Absentee voting: It’s not in person, but your voice will still be heard


Due to COVID-19, most in-person voting for Ohio's primary election has been canceled -- but you can still vote


YOUNGSTOWN, Ohio (WYTV) – Ohio’s official primary Election Day has passed with the polls closed because of COVID-19 but people who haven’t voted yet still have the opportunity.

The Ohio General Assembly passed a bill Thursday that extends this year’s primary election to April 28 and eliminates most in-person voting.

Statewide, the polls will be open on the new election day — but only for voters with certain disabilities.

However, everyone else will be able to request and return a mail-in ballot.

“This absentee process isn’t anything different than what we’ve done in the past,” said Tom McCabe, deputy director of the Mahoning County Board of Elections.

He said so far, they’ve received over 10,000 absentee votes for this election.

To request an absentee ballot, the first step is going OhioSOS.gov. Once you’ve requested a ballot on that website, fill in your information and mail that to your county board of elections.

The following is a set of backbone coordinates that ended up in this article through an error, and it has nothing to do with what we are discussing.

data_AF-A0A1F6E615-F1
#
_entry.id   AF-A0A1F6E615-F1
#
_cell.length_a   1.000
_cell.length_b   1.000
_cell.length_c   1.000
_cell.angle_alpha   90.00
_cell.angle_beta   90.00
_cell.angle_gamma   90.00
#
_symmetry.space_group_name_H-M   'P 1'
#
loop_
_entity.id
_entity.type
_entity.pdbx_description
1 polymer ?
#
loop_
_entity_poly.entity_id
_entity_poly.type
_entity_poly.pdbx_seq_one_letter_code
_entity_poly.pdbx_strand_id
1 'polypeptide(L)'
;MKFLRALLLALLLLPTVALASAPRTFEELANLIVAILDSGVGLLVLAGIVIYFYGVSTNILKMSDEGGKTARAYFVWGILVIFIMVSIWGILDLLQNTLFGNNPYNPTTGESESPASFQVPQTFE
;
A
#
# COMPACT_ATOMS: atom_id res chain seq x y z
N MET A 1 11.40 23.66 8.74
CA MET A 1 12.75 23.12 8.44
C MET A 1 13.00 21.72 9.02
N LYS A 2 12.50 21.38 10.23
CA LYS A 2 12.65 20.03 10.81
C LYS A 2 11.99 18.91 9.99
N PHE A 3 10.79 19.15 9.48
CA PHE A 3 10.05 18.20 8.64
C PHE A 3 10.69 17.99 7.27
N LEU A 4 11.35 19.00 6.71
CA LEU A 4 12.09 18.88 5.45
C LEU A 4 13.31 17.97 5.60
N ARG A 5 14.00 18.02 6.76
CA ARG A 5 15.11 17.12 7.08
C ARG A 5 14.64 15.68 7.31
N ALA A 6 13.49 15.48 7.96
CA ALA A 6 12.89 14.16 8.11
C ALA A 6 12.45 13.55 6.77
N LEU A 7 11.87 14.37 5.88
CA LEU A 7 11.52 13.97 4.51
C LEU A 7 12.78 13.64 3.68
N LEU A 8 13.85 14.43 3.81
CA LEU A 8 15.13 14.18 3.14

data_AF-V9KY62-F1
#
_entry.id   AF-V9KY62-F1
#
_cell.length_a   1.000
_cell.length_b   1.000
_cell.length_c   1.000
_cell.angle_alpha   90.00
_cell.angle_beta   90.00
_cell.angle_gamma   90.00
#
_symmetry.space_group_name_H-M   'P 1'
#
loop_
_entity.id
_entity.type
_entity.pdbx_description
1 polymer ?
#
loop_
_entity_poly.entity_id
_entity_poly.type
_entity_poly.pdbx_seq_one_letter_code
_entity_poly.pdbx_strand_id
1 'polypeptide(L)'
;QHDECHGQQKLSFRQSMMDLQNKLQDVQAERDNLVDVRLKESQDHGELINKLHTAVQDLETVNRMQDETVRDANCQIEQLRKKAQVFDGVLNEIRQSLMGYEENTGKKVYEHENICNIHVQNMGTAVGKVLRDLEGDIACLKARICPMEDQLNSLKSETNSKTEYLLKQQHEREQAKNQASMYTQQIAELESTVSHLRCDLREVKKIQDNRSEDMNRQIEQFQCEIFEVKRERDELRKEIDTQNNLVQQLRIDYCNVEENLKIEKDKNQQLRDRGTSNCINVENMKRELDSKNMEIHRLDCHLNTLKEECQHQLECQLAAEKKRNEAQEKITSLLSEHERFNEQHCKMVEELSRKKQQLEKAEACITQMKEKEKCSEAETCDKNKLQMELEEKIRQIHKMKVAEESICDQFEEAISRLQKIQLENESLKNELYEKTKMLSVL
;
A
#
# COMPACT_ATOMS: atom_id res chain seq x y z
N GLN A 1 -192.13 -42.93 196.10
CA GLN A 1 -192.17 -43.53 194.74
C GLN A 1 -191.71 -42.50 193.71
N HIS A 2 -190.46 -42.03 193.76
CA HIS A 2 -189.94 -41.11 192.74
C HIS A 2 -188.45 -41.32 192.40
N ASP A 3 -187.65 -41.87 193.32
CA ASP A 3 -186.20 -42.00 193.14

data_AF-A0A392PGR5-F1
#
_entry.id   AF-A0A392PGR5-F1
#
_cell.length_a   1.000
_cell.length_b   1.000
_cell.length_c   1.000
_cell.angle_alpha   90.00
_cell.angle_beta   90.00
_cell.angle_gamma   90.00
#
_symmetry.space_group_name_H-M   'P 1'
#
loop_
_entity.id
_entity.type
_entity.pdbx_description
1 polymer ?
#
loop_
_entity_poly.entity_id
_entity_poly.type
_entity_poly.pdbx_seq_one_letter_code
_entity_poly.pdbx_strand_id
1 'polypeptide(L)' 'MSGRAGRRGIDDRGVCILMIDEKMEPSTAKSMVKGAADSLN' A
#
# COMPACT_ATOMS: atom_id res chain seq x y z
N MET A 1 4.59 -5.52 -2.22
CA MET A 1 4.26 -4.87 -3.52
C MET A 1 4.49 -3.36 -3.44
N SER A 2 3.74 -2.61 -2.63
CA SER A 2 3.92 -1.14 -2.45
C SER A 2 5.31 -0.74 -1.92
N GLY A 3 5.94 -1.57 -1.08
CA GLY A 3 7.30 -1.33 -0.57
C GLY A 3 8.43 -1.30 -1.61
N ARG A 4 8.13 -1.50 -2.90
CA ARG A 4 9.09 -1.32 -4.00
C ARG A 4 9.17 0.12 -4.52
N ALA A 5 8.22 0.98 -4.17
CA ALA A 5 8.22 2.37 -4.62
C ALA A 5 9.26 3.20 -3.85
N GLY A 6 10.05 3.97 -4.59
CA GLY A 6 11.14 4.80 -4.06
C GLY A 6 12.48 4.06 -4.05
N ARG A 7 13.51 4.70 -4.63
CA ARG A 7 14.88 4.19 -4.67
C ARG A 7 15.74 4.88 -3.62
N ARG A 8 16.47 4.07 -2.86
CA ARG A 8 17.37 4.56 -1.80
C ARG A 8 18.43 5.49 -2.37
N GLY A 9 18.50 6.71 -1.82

An absentee ballot will be sent to your home. Fill out your votes on the ballot and mail it back.

“For those voters who hadn’t voted already, I think there’s an urgency to get your application into your local board so we have time to get ballots sent back to you and you have time to send that ballot back to us,” McCabe said.

Secretary of State Frank LaRose wanted to still have an in-person election on June 1 to allow more time. He disagrees with the legislature on the earlier deadline, saying, “It’s disappointing that they’ve instead chosen to significantly reduce the time provided for Ohio to bring this primary to a close.”

Before coronavirus threats, McCabe estimated a 35% to 40% voter turnout for this election. Now it’s much lower.

“People who do want to participate — and those voters are usually pretty steady voters who get their application to us and return their ballot once we give it to them,” McCabe said.

On Friday, both McCabe and Trumbull County Board of Elections director Stephanie Penrose sat in on a webinar held by the secretary of state’s office. They talked about potential financial impacts and new voting procedures, among other topics.

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Mel Robbins Main Area Middle

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